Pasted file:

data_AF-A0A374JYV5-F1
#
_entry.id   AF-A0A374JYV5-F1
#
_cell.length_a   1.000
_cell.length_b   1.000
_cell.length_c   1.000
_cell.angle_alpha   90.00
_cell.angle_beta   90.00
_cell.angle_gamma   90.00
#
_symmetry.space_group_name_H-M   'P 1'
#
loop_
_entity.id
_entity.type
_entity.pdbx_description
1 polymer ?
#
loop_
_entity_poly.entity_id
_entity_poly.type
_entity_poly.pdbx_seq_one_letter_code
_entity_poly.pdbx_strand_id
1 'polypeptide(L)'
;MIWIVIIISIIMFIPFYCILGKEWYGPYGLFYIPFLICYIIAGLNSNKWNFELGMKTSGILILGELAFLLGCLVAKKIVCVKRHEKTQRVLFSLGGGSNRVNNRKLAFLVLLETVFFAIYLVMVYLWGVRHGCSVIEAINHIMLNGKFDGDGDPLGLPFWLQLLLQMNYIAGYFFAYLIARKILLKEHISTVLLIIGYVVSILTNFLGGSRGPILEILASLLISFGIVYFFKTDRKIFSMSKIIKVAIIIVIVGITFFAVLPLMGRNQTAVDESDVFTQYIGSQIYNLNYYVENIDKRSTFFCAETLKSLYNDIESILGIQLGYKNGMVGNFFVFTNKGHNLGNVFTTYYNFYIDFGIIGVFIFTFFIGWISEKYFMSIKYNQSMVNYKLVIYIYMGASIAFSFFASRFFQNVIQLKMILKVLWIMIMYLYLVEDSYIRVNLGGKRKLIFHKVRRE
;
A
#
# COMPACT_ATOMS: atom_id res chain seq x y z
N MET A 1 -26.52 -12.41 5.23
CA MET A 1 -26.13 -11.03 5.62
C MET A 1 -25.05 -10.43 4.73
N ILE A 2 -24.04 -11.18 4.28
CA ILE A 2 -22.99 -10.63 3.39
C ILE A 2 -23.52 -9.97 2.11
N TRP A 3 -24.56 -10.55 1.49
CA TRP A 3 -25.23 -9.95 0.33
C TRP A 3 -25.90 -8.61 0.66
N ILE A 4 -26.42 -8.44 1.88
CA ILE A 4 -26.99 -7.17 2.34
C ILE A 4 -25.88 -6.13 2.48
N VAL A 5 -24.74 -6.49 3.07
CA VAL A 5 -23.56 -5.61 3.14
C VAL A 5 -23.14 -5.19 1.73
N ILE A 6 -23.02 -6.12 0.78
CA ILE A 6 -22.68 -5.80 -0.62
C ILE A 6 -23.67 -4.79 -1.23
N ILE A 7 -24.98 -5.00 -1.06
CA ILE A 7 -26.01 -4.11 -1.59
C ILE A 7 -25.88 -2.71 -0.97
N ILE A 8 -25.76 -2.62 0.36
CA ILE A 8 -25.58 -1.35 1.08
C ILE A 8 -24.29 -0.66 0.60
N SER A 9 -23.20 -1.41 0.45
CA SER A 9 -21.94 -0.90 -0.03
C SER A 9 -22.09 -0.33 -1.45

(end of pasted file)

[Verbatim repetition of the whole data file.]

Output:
data_AF-A0A374JYV5-F1
#
_entry.id   AF-A0A374JYV5-F1
#
_cell.length_a   1.000
_cell.length_b   1.000
_cell.length_c   1.000
_cell.angle_alpha   90.00
_cell.angle_beta   90.00
_cell.angle_gamma   90.00
#
_symmetry.space_group_name_H-M   'P 1'
#
loop_
_entity.id
_entity.type
_entity.pdbx_description
1 polymer ?
#
loop_
_entity_poly.entity_id
_entity_poly.type
_entity_poly.pdbx_seq_one_letter_code
_entity_poly.pdbx_strand_id
1 'polypeptide(L)'
;MIWIVIIISIIMFIPFYCILGKEWYGPYGLFYIPFLICYIIAGLNSNKWNFELGMKTSGILILGELAFLLGCLVAKKIVCVKRHEKTQRVLFSLGGGSNRVNNRKLAFLVLLETVFFAIYLVMVYLWGVRHGCSVIEAINHIMLNGKFDGDGDPLGLPFWLQLLLQMNYIAGYFFAYLIARKILLKEHISTVLLIIGYVVSILTNFLGGSRGPILEILASLLISFGIVYFFKTDRKIFSMSKIIKVAIIIVIVGITFFAVLPLMGRNQTAVDESDVFTQYIGSQIYNLNYYVENIDKRSTFFCAETLKSLYNDIESILGIQLGYKNGMVGNFFVFTNKGHNLGNVFTTYYNFYIDFGIIGVFIFTFFIGWISEKYFMSIKYNQSMVNYKLVIYIYMGASIAFSFFASRFFQNVIQLKMILKVLWIMIMYLYLVEDSYIRVNLGGKRKLIFHKVRRE
;
A
#
# COMPACT_ATOMS: atom_id res chain seq x y z
N MET A 1 -26.52 -12.41 5.23
CA MET A 1 -26.13 -11.03 5.62
C MET A 1 -25.05 -10.43 4.73
N ILE A 2 -24.04 -11.18 4.28
CA ILE A 2 -22.99 -10.63 3.39
C ILE A 2 -23.52 -9.97 2.11
N TRP A 3 -24.56 -10.55 1.49
CA TRP A 3 -25.23 -9.95 0.33
C TRP A 3 -25.90 -8.61 0.66
N ILE A 4 -26.42 -8.44 1.88
CA ILE A 4 -26.99 -7.17 2.34
C ILE A 4 -25.88 -6.13 2.48
N VAL A 5 -24.74 -6.49 3.07
CA VAL A 5 -23.56 -5.61 3.14
C VAL A 5 -23.14 -5.19 1.73
N ILE A 6 -23.02 -6.12 0.78
CA ILE A 6 -22.68 -5.80 -0.62
C ILE A 6 -23.67 -4.79 -1.23
N ILE A 7 -24.98 -5.00 -1.06
CA ILE A 7 -26.01 -4.11 -1.59
C ILE A 7 -25.88 -2.71 -0.97
N ILE A 8 -25.76 -2.62 0.36
CA ILE A 8 -25.58 -1.35 1.08
C ILE A 8 -24.29 -0.66 0.60
N SER A 9 -23.20 -1.41 0.45
CA SER A 9 -21.94 -0.90 -0.03
C SER A 9 -22.09 -0.33 -1.45